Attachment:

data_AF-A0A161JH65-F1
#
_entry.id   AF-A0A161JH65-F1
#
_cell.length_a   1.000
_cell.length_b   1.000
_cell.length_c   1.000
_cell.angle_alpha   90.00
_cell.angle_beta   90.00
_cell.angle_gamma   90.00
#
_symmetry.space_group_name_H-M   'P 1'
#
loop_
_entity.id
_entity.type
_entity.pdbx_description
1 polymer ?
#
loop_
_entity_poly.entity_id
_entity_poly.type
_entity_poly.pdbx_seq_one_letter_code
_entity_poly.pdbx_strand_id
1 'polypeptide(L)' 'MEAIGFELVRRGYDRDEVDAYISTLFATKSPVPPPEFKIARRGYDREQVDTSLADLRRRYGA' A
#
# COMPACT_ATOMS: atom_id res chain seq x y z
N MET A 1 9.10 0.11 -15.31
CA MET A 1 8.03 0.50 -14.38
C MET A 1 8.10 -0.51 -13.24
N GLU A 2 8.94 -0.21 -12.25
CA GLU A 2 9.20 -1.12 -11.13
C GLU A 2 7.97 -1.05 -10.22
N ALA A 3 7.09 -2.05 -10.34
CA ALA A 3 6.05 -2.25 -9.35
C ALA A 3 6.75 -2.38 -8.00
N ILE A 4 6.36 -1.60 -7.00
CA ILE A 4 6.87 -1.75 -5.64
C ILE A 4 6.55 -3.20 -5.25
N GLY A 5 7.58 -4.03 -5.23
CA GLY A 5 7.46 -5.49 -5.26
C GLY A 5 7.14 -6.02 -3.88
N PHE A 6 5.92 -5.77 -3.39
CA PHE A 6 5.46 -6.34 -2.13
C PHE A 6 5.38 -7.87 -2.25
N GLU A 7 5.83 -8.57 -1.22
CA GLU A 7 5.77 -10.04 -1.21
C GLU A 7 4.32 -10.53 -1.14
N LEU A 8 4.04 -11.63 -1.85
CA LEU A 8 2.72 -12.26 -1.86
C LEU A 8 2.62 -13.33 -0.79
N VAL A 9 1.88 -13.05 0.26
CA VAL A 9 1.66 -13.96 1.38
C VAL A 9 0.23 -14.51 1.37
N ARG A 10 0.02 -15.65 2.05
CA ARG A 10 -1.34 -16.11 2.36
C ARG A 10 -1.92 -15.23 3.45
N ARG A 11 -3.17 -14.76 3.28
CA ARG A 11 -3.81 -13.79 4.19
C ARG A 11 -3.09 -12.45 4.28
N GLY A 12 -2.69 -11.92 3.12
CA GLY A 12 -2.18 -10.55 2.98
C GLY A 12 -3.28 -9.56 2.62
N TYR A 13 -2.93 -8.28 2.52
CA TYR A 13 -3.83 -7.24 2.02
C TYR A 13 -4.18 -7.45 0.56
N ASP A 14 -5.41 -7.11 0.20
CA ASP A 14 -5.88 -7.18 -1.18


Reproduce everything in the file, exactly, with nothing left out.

data_AF-A0A161JH65-F1
#
_entry.id   AF-A0A161JH65-F1
#
_cell.length_a   1.000
_cell.length_b   1.000
_cell.length_c   1.000
_cell.angle_alpha   90.00
_cell.angle_beta   90.00
_cell.angle_gamma   90.00
#
_symmetry.space_group_name_H-M   'P 1'
#
loop_
_entity.id
_entity.type
_entity.pdbx_description
1 polymer ?
#
loop_
_entity_poly.entity_id
_entity_poly.type
_entity_poly.pdbx_seq_one_letter_code
_entity_poly.pdbx_strand_id
1 'polypeptide(L)' 'MEAIGFELVRRGYDRDEVDAYISTLFATKSPVPPPEFKIARRGYDREQVDTSLADLRRRYGA' A
#
# COMPACT_ATOMS: atom_id res chain seq x y z
N MET A 1 9.10 0.11 -15.31
CA MET A 1 8.03 0.50 -14.38
C MET A 1 8.10 -0.51 -13.24
N GLU A 2 8.94 -0.21 -12.25
CA GLU A 2 9.20 -1.12 -11.13
C GLU A 2 7.97 -1.05 -10.22
N ALA A 3 7.09 -2.05 -10.34
CA ALA A 3 6.05 -2.25 -9.35
C ALA A 3 6.75 -2.38 -8.00
N ILE A 4 6.36 -1.60 -7.00
CA ILE A 4 6.87 -1.75 -5.64
C ILE A 4 6.55 -3.20 -5.25
N GLY A 5 7.58 -4.03 -5.23
CA GLY A 5 7.46 -5.49 -5.26
C GLY A 5 7.14 -6.02 -3.88
N PHE A 6 5.92 -5.77 -3.39
CA PHE A 6 5.46 -6.34 -2.13
C PHE A 6 5.38 -7.87 -2.25
N GLU A 7 5.83 -8.57 -1.22
CA GLU A 7 5.77 -10.04 -1.21
C GLU A 7 4.32 -10.53 -1.14
N LEU A 8 4.04 -11.63 -1.85
CA LEU A 8 2.72 -12.26 -1.86
C LEU A 8 2.62 -13.33 -0.79
N VAL A 9 1.88 -13.05 0.26
CA VAL A 9 1.66 -13.96 1.38
C VAL A 9 0.23 -14.51 1.37
N ARG A 10 0.02 -15.65 2.05
CA ARG A 10 -1.34 -16.11 2.36
C ARG A 10 -1.92 -15.23 3.45
N ARG A 11 -3.17 -14.76 3.28
CA ARG A 11 -3.81 -13.79 4.19
C ARG A 11 -3.09 -12.45 4.28
N GLY A 12 -2.69 -11.92 3.12
CA GLY A 12 -2.18 -10.55 2.98
C GLY A 12 -3.28 -9.56 2.62
N TYR A 13 -2.93 -8.28 2.52
CA TYR A 13 -3.83 -7.24 2.02
C TYR A 13 -4.18 -7.45 0.56
N ASP A 14 -5.41 -7.11 0.20
CA ASP A 14 -5.88 -7.18 -1.18